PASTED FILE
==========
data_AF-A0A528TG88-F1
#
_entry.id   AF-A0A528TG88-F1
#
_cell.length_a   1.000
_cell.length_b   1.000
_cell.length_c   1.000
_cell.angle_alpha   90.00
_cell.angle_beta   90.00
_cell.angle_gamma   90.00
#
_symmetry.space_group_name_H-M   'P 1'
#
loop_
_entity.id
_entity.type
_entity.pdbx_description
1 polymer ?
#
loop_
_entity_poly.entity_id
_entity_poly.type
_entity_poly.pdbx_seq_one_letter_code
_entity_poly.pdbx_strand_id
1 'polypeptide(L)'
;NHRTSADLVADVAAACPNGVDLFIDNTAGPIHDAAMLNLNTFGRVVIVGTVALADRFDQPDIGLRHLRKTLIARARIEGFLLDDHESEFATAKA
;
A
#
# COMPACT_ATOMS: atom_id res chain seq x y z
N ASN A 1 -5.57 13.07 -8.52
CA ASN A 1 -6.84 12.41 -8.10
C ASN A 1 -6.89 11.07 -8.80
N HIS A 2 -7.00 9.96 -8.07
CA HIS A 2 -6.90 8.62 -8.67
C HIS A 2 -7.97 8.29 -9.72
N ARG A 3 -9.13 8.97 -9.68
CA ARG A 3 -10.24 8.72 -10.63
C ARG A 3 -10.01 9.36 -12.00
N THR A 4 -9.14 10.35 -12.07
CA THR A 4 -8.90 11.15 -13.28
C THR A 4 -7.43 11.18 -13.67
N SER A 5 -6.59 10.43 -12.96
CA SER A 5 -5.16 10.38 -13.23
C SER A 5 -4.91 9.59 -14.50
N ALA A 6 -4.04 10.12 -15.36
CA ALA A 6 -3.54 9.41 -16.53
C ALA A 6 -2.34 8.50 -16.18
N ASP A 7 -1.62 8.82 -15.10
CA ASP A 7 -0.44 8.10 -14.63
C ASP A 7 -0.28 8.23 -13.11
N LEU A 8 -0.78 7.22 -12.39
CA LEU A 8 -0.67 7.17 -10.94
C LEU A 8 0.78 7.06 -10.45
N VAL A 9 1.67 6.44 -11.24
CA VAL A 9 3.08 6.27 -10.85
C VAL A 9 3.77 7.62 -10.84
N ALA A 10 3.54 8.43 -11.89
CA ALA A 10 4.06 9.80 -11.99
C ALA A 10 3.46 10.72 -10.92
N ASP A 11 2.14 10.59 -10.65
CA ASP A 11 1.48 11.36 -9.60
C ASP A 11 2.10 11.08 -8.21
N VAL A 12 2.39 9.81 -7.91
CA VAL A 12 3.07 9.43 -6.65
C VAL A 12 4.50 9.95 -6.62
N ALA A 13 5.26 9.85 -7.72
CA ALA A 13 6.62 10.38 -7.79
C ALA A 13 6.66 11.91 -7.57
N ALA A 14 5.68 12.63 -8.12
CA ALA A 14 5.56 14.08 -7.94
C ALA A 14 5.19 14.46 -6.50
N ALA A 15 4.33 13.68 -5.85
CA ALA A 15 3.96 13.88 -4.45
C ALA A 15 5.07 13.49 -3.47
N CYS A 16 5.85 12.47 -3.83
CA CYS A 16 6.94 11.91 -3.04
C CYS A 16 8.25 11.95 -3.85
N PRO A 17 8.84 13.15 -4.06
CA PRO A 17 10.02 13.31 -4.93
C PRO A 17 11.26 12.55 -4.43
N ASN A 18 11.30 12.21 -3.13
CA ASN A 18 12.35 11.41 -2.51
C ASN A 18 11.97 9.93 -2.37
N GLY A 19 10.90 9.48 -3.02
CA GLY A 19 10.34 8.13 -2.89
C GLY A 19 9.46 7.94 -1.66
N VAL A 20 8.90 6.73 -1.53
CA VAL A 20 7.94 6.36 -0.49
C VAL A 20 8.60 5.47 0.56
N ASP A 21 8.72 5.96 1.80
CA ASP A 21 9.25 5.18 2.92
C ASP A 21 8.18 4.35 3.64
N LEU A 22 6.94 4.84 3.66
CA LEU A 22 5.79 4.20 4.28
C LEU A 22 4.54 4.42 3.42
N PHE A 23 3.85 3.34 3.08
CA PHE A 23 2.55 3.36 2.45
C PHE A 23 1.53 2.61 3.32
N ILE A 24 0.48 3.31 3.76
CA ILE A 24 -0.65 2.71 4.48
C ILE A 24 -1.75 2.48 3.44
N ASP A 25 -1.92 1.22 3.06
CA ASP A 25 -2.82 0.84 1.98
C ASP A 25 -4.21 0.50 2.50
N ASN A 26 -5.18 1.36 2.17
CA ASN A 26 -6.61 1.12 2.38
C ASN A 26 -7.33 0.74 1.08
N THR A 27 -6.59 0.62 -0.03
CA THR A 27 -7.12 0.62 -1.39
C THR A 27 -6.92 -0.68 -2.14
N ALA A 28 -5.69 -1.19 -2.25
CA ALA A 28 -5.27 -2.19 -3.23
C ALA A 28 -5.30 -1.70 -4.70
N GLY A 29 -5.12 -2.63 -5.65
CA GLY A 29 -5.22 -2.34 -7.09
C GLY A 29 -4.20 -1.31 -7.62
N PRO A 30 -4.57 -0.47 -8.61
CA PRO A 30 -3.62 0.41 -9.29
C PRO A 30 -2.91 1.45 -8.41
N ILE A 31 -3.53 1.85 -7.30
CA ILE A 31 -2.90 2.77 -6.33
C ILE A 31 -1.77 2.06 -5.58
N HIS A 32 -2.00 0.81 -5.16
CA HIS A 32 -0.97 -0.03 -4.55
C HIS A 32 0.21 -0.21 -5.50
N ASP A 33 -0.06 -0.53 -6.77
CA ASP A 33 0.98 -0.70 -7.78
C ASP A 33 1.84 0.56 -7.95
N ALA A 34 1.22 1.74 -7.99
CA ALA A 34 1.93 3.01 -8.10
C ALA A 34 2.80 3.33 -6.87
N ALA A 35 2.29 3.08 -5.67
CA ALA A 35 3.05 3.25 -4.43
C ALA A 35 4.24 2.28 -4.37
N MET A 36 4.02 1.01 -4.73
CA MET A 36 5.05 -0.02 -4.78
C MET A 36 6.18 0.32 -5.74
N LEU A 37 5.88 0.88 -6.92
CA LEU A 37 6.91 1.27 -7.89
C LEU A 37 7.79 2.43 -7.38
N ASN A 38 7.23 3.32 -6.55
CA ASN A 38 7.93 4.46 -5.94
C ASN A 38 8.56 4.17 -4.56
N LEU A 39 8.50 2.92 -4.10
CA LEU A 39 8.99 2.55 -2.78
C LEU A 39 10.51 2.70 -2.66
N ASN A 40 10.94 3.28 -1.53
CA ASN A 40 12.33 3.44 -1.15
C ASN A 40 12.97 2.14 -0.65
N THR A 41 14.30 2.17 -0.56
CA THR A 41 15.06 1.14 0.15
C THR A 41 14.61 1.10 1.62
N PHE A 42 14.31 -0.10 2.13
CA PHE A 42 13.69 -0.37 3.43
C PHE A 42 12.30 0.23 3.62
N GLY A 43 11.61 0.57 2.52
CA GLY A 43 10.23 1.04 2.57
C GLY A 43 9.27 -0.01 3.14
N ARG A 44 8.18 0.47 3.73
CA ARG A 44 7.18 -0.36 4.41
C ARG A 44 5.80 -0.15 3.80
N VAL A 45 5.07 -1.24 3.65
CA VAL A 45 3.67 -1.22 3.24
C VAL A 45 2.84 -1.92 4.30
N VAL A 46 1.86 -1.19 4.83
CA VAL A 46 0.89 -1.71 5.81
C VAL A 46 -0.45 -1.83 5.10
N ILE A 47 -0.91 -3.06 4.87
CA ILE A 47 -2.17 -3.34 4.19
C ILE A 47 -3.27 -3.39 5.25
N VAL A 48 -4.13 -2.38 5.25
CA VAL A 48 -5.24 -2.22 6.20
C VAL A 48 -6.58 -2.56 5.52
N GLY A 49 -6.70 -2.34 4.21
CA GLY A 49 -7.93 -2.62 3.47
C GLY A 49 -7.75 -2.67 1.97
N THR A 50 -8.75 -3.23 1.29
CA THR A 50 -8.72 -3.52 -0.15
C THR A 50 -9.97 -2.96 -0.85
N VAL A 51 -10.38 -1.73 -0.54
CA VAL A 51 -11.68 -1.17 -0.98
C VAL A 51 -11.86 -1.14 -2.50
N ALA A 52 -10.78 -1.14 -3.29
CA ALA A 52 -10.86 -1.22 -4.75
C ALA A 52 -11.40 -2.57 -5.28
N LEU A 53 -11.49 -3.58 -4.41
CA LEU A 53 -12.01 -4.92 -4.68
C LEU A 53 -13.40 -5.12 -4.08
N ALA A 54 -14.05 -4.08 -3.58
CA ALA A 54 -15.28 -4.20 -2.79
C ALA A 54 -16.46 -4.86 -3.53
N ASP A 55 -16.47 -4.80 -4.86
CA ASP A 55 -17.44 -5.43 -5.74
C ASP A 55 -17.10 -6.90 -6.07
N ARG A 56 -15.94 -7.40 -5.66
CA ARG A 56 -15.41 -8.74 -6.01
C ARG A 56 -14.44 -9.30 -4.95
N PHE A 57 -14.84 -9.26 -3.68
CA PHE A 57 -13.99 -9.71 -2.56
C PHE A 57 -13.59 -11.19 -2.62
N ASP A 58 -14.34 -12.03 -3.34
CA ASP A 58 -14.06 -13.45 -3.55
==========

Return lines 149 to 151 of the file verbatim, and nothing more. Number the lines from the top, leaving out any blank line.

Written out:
CA ASN A 40 12.33 3.44 -1.15
C ASN A 40 12.97 2.14 -0.65
N THR A 41 14.30 2.17 -0.56